The wide angle camera is what I wanted in the first place. Instead, I bought the Bessa III with the 80mm lens. It is a great camera, but frankly I feel more comfortable with my Mamiya 711.
I probably won't buy the new wide angle 6X7 Fuji. But if they made a 6X9 folder with a 50mm lens I would be all over it.
As I see it, the normal-lens model is not all that different than the previously-made 6x7 normal-angle Fuji rangefinder cameras. However, this wide angle model is different. It has a wider lens that was previously available on 6x7, as the most important difference. I may be more compact than the previous models (though I do not know for sure), and it allows the user to shoot 6x6 as well as 6x7. If the lens is a lot different than the lens on the old one in terms of technical qualities, I don't think most would notice in the kind of work they do.
I would love to have the pair, just because the folding is nice, and a brand new camera is nice, but they are out of my price range...and not only that, but a bit overpriced for what one gets, regardless of ones price range. But hey, if you have the budget room to invest in tools that are not necessarily the best value in the world, then this camera makes a lot of sense. Lord knows plenty of people spent BIG money on SINAR, Mamiya RZ, and Hasselblad systems in their heyday, even though these systems were not leaps and bounds ahead of other options.
At less than half the price of an M7 or MP body, the purchase of one of each of these Fuji cameras is certainly a better value than a new Leica system!
The question for me, if I was seriously considering a wide-angle medium format Fuji rangefinder, would be: This new one, or one of the older 6x9s with a wide lens? I think if I was after a medium format wide-angle Fuji RF, I'd go for an older 6x9 with a 65 mm lens rather than this new one. I'd prefer the 6x9 format, and the narrower vertical AOV of the 65mm lens.
I handhold my RZ all the time, have shot probably 80 rolls with it so far in the last few months, none of which were on a tripod. So don't bother telling me what you think about handholdability. I've been there and done that.
Try handholding it for sports shooting with the 350 apo with hood, prism, Lgrip, motor drive and 350 bracket. Let me know how that goes.
It's doable, but not for long periods, like all day. It's not just the weight, but the ergonomics don't really help either.
Agreed though about the limiting apertures. Having the fastest long lenses be 5.6 is a real pain in the ass when trying to shoot 1/400 with 100 ISO film. I wish the 350 APO was an f/4 lens.
Finally some well known and reputable camera maker churns out a newly developed camera and all we have to say is "oh, so expensive" :( Folks, this is not an ultra high volume low quality made in Elbonia piece of junk like the latest gazillion megapixel DSLR incarnation. Sure it is way more expensive than some 20 year old RB67. This camera and the fact that it was just recently introduced indicates to me that Fuji believes in a future market for advanced film cameras, which eventually moves away from being swamped with used pro cameras sold at junk metal prices. I would be a lot more concerned if Fuji introduced some Holga look alike or closed down its film camera branch altogether.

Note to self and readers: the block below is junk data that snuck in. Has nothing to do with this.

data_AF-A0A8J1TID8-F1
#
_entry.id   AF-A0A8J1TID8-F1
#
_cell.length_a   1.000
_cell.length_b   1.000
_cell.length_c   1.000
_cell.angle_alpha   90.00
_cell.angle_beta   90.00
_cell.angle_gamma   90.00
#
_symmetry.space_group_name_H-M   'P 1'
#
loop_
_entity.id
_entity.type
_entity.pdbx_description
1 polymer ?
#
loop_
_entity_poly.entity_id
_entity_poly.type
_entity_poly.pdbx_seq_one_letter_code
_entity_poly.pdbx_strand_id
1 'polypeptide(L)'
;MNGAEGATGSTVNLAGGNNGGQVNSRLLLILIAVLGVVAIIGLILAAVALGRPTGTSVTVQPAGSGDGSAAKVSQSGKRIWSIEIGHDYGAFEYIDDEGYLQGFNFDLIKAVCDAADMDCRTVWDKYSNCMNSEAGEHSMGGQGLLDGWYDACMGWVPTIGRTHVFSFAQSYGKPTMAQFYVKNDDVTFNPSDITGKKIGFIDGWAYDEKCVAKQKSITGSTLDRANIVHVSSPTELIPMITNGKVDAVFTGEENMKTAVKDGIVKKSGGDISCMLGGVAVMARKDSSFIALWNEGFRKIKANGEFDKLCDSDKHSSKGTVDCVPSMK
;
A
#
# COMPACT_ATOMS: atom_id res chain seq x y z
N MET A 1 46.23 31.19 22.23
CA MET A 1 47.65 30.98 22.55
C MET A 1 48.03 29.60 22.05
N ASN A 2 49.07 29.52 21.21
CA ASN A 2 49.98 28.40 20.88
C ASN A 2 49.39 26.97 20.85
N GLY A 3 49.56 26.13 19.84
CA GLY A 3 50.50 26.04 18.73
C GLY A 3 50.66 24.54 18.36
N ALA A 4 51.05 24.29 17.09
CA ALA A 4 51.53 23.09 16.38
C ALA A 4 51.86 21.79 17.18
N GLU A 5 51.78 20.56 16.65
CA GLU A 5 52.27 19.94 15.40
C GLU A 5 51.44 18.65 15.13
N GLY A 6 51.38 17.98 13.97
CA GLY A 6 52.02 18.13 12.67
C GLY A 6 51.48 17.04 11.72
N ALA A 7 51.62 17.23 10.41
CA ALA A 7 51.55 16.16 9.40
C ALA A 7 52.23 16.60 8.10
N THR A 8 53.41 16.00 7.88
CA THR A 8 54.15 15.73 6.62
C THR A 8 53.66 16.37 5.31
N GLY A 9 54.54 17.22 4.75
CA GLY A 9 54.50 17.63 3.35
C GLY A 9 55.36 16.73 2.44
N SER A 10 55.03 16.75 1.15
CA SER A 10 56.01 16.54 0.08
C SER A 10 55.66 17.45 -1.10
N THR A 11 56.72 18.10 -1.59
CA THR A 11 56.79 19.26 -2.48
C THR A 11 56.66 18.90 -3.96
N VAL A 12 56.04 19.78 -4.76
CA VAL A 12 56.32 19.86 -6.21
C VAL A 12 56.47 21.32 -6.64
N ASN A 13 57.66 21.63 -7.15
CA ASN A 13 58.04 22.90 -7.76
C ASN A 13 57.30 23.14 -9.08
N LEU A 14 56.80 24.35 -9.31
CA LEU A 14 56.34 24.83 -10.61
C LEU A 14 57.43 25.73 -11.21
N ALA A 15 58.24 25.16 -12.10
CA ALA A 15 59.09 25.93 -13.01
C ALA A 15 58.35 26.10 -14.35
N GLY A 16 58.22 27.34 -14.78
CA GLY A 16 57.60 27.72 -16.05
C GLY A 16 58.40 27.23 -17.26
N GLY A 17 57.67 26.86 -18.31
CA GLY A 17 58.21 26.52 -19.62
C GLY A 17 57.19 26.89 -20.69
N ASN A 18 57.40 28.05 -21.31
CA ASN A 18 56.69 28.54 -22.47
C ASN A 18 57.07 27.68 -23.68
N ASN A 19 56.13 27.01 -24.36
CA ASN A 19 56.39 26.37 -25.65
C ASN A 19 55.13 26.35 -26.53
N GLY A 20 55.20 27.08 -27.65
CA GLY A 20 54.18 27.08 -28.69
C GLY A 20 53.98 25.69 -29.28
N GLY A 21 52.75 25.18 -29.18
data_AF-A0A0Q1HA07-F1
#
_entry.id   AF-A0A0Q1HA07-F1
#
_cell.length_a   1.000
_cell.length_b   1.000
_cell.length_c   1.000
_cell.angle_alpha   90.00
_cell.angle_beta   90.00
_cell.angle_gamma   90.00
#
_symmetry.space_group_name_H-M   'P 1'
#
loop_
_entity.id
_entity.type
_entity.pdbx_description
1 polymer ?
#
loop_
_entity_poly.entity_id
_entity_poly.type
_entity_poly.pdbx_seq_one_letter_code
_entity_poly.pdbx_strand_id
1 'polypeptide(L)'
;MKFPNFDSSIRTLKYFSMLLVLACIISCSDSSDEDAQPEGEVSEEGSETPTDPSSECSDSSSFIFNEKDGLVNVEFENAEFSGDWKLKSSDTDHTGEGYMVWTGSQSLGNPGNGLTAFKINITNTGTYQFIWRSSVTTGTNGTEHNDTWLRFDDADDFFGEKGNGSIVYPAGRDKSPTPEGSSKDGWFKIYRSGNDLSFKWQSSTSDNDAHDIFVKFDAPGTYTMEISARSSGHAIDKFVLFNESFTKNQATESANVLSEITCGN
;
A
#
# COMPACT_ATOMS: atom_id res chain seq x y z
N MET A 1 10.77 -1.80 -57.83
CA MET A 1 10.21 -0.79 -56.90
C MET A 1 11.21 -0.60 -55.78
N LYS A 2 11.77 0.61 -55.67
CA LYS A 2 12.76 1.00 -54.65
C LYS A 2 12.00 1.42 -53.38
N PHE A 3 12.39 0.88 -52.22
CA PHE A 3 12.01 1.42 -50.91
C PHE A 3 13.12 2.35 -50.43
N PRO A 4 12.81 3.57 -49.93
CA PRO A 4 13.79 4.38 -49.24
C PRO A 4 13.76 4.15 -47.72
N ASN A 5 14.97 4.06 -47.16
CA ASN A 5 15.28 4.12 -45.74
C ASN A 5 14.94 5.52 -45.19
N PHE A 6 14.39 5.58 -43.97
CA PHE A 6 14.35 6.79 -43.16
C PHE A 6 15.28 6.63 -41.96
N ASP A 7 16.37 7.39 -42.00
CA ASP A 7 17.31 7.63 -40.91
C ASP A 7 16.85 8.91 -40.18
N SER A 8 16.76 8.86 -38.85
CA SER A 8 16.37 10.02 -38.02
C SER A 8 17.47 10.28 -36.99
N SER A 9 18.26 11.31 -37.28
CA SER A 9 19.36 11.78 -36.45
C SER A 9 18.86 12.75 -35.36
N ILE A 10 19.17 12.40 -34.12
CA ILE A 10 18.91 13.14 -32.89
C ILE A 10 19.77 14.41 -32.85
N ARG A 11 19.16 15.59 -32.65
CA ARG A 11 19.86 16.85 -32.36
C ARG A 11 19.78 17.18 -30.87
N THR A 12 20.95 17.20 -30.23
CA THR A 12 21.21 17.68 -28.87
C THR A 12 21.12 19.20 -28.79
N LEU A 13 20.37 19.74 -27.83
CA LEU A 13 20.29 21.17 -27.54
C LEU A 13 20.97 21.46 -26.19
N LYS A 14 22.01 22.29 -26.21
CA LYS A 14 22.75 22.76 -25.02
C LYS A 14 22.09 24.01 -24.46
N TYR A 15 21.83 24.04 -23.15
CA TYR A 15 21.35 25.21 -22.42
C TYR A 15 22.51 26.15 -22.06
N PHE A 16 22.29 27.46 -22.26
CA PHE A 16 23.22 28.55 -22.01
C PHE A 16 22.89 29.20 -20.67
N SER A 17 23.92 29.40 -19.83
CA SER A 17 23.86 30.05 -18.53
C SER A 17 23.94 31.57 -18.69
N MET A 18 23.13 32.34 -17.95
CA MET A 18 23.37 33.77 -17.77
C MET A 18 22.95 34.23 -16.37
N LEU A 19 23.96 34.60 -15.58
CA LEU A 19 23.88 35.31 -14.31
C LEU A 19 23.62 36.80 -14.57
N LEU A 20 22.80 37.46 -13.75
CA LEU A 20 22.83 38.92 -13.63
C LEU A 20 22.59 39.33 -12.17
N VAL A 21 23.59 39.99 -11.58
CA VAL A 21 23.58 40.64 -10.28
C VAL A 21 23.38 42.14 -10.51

I think that it is absolutely wonderful that Fuji decides to produce high end film cameras in a time where the people making the products seem very disconnected to what is actually going on in the market, I mean...sure it's perfectly normal for a big company to produce whatever the masses wants (digital dslr boom) and of course this is where they can make profit. But - looking at work by most of todays contemporary photographers - it's really easy to see that film is the prefered medium. Right now the market is still flooded with secondhand gear - but in 10 years time this will not be the case. I know several photographers whos only chance to keep producing what the want with what they like is to go and buy 5 or even 8 of the same camera. These are secondhand and will break - and when they do; no repairs are available. Therefore NEW cameras is needed.
But...When the price for a new 6x7/6x6 camera turns out to be somewhere around 2.500USD I can imaging the interrest in buying one drops tremendously with most photographers. This, I think, is mainly due to the fact that something very similar can still be bought used. Artists using analogue gear are used to lower prices.
As mentioned earlier the used gear market will be completely different in 10 years time and there will be a need for new gear - the camera-makers will notice this and start producing. The artists/photographers will start buying.
It is my most honest opinion that the analogue market will see changes much like we have seen with the vinyl records in the past years. When digital came with the cd and later the mp3 this was all that the manufactures concentrated on and all the consumers wanted. New, faster, smaller etc. Professionals kept using the vinyl (DJs etc) due to the fact that the medium holds qualities that digital don't. A couple of decks (players) was available, like the technics 1210 but that was about it. Now, in just a few years people have embraced the qualities once more. More and more music is released on vinyl and still more and more shops sell it. More and more people are buying vinyl and the now dozens of different players/decks are once more avaible. This is quite parallel to the life of analogue photography. At least in my opinion.
Theres a lot of talk about 6x9 cameras on here. If you really want a relatively light weight 6x9 with interchangeable lenses that can also do 6x7, look out for a used Fotoman 69. I have one - I love it!